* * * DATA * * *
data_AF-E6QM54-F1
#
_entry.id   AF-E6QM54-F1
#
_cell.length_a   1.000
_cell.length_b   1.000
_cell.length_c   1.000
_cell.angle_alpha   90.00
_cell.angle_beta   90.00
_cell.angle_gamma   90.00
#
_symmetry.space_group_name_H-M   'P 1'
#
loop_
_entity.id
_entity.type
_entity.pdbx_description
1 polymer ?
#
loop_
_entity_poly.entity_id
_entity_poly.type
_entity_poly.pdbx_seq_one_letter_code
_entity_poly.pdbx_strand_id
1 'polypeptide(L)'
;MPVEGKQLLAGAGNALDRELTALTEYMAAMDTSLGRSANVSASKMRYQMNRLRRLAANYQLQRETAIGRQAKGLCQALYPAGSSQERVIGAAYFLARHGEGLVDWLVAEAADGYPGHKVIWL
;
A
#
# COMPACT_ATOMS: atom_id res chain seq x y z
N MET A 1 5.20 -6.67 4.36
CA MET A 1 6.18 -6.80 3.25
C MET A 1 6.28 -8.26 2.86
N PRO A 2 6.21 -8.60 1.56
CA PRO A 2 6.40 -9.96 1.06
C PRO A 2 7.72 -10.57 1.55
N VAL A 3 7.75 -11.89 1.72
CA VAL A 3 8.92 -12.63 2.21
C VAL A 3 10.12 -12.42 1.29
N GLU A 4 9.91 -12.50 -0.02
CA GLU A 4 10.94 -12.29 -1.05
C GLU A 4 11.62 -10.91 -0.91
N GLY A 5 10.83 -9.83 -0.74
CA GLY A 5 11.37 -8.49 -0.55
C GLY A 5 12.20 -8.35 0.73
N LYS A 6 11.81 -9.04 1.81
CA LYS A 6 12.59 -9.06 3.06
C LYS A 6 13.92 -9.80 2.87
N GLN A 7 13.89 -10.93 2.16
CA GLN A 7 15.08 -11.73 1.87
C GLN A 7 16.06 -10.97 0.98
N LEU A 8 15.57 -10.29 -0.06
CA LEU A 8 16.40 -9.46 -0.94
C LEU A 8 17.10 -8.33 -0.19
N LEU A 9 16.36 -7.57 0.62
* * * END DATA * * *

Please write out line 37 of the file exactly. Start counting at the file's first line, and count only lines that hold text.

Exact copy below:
N VAL A 3 7.75 -11.89 1.72